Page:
Anthea Coster, MIT Haystack Observatory

Topic: "Using GPS to Study Earth's Ionosphere and Magnetosphere"  (Video)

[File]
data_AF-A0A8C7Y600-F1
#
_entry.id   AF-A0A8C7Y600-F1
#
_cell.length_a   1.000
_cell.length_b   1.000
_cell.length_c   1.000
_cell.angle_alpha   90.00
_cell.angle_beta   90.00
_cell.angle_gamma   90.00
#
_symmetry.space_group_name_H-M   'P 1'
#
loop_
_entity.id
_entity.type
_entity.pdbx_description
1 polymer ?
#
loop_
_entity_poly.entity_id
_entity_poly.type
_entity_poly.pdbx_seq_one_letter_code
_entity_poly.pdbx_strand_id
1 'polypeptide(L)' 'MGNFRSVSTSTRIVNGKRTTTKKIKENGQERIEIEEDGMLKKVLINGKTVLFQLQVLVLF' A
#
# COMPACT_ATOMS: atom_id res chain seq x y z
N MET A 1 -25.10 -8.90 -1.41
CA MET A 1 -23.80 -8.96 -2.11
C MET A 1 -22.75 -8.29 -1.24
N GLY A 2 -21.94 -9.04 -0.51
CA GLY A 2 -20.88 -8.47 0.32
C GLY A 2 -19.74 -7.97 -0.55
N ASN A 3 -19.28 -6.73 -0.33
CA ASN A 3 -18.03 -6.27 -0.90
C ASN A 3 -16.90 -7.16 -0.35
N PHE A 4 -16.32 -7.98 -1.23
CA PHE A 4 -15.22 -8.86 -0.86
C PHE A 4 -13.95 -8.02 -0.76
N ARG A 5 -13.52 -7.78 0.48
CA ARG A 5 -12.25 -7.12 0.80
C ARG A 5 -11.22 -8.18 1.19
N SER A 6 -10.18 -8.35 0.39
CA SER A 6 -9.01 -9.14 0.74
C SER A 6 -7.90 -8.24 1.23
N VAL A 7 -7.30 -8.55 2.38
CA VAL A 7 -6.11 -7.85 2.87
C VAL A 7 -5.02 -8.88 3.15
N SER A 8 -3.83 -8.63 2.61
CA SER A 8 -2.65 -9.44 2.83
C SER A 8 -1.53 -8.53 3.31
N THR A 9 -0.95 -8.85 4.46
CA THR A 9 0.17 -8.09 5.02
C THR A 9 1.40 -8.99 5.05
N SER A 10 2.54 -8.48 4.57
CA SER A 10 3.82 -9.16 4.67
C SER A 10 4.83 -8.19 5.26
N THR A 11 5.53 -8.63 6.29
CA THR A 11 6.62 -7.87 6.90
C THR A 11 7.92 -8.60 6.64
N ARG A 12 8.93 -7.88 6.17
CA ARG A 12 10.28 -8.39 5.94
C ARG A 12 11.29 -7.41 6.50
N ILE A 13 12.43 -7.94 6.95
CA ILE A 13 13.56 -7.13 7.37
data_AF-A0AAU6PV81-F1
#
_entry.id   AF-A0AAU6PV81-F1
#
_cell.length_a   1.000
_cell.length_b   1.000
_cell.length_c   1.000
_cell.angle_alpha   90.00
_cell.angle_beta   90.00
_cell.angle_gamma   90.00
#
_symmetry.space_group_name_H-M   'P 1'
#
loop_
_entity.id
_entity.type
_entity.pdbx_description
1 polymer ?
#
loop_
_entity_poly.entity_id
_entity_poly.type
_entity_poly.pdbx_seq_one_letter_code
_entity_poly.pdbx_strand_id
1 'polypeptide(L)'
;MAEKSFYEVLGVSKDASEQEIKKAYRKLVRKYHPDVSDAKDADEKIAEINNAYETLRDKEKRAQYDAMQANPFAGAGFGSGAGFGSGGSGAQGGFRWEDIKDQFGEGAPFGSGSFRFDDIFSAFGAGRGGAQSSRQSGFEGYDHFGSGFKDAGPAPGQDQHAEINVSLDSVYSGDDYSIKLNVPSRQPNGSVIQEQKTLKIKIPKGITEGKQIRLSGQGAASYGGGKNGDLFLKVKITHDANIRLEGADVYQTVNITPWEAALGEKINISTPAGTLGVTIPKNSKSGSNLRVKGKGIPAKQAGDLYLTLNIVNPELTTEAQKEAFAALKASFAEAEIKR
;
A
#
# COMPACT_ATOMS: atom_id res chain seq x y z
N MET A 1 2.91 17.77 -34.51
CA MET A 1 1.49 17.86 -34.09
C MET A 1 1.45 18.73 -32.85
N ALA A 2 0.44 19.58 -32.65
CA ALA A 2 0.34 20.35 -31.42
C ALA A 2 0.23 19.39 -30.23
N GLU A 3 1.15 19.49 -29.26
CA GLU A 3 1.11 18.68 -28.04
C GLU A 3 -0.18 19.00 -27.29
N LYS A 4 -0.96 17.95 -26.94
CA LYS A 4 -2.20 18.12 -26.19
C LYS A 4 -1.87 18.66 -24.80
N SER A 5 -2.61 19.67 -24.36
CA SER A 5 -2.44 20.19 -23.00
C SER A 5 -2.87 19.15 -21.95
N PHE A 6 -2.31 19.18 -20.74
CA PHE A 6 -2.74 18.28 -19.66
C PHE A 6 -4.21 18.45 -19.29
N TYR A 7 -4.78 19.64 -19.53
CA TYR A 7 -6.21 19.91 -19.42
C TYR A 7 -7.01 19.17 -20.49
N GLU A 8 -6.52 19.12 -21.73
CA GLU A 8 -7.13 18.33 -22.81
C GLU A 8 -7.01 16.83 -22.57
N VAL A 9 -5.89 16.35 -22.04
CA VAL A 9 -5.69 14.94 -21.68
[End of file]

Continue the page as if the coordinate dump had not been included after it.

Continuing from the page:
Abstract: Most of us know GPS as a means to track locations and times of events on Earth, and for such applications, ionospheric and magnetospheric effects are error sources that must be eliminated. However, for space physicists, the situation is reversed: the very effects that disrupt ground-based applications of GPS present dramatic new ways to observe the space environment. In the last decade, total electron content (TEC) maps derived from the global set of GPS data have provided a paradigm shift in the ways that Earth's ionosphere and magnetosphere are observed. Prior to GPS, most scientific measurements of the magnetosphere-ionosphere were from individual observing sites or systems providing information about a region or a single point. With GPS, by combining individual measurements from multiple receivers, high resolution temporal and spatial information is available on a global scale. After a review of GPS fundamentals, including an explanation of how GPS is used to measure properties of the atmosphere and a brief history of ionospheric measurements with GPS, this talk will describe aspects of large-scale geomagnetic storms observed for the first time using TEC maps derived from GPS data. The new methods allow observations of conjugate features of the large-scale storms (in both the Northern and Southern Hemisphere), as well as correlation of these features with large-scale drainage plumes of plasma escaping from the high density inner part of Earth's magnetosphere during the storms. Combining GPS data with radar and magnetometer data from extensive networks of observatories provides a big picture view of geomagnetic storms and their impact on the upper atmospheric regions.